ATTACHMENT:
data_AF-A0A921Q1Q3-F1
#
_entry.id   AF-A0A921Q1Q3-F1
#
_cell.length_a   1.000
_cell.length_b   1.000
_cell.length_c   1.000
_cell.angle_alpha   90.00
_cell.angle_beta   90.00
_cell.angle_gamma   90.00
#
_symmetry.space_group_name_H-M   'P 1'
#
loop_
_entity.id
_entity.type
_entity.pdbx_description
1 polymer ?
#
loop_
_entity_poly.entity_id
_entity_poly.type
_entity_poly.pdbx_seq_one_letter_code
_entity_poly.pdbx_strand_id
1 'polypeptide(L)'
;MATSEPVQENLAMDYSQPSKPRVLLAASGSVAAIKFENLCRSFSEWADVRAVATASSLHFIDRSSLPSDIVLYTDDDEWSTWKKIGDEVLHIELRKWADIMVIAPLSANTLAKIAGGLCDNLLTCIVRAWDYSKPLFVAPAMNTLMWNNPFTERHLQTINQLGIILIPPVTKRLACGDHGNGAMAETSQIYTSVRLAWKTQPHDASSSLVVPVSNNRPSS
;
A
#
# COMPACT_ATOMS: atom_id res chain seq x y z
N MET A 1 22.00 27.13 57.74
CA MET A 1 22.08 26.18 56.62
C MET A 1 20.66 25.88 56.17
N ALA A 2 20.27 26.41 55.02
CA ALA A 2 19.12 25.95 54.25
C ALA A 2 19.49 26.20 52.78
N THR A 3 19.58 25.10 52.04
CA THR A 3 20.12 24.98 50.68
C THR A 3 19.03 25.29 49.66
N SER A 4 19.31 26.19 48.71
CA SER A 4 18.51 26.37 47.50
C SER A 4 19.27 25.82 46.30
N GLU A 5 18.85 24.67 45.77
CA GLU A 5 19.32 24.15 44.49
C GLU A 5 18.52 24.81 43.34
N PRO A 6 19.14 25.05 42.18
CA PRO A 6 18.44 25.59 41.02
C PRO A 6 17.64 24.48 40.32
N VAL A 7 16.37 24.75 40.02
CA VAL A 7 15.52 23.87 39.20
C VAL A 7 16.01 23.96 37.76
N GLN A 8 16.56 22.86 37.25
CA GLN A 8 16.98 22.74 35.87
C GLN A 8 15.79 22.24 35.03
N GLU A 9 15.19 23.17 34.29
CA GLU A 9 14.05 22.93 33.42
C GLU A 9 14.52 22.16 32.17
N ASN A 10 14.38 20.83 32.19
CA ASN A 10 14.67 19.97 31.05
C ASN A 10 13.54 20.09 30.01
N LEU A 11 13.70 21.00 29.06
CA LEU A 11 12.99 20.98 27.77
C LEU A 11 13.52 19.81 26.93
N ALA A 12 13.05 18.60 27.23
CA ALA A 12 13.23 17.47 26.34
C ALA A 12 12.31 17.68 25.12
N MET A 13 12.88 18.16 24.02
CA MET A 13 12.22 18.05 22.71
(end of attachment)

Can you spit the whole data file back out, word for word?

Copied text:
data_AF-A0A921Q1Q3-F1
#
_entry.id   AF-A0A921Q1Q3-F1
#
_cell.length_a   1.000
_cell.length_b   1.000
_cell.length_c   1.000
_cell.angle_alpha   90.00
_cell.angle_beta   90.00
_cell.angle_gamma   90.00
#
_symmetry.space_group_name_H-M   'P 1'
#
loop_
_entity.id
_entity.type
_entity.pdbx_description
1 polymer ?
#
loop_
_entity_poly.entity_id
_entity_poly.type
_entity_poly.pdbx_seq_one_letter_code
_entity_poly.pdbx_strand_id
1 'polypeptide(L)'
;MATSEPVQENLAMDYSQPSKPRVLLAASGSVAAIKFENLCRSFSEWADVRAVATASSLHFIDRSSLPSDIVLYTDDDEWSTWKKIGDEVLHIELRKWADIMVIAPLSANTLAKIAGGLCDNLLTCIVRAWDYSKPLFVAPAMNTLMWNNPFTERHLQTINQLGIILIPPVTKRLACGDHGNGAMAETSQIYTSVRLAWKTQPHDASSSLVVPVSNNRPSS
;
A
#
# COMPACT_ATOMS: atom_id res chain seq x y z
N MET A 1 22.00 27.13 57.74
CA MET A 1 22.08 26.18 56.62
C MET A 1 20.66 25.88 56.17
N ALA A 2 20.27 26.41 55.02
CA ALA A 2 19.12 25.95 54.25
C ALA A 2 19.49 26.20 52.78
N THR A 3 19.58 25.10 52.04
CA THR A 3 20.12 24.98 50.68
C THR A 3 19.03 25.29 49.66
N SER A 4 19.31 26.19 48.71
CA SER A 4 18.51 26.37 47.50
C SER A 4 19.27 25.82 46.30
N GLU A 5 18.85 24.67 45.77
CA GLU A 5 19.32 24.15 44.49
C GLU A 5 18.52 24.81 43.34
N PRO A 6 19.14 25.05 42.18
CA PRO A 6 18.44 25.59 41.02
C PRO A 6 17.64 24.48 40.32
N VAL A 7 16.37 24.75 40.02
CA VAL A 7 15.52 23.87 39.20
C VAL A 7 16.01 23.96 37.76
N GLN A 8 16.56 22.86 37.25
CA GLN A 8 16.98 22.74 35.87
C GLN A 8 15.79 22.24 35.03
N GLU A 9 15.19 23.17 34.29
CA GLU A 9 14.05 22.93 33.42
C GLU A 9 14.52 22.16 32.17
N ASN A 10 14.38 20.83 32.19
CA ASN A 10 14.67 19.97 31.05
C ASN A 10 13.54 20.09 30.01
N LEU A 11 13.70 21.00 29.06
CA LEU A 11 12.99 20.98 27.77
C LEU A 11 13.52 19.81 26.93
N ALA A 12 13.05 18.60 27.23
CA ALA A 12 13.23 17.47 26.34
C ALA A 12 12.31 17.68 25.12
N MET A 13 12.88 18.16 24.02
CA MET A 13 12.22 18.05 22.71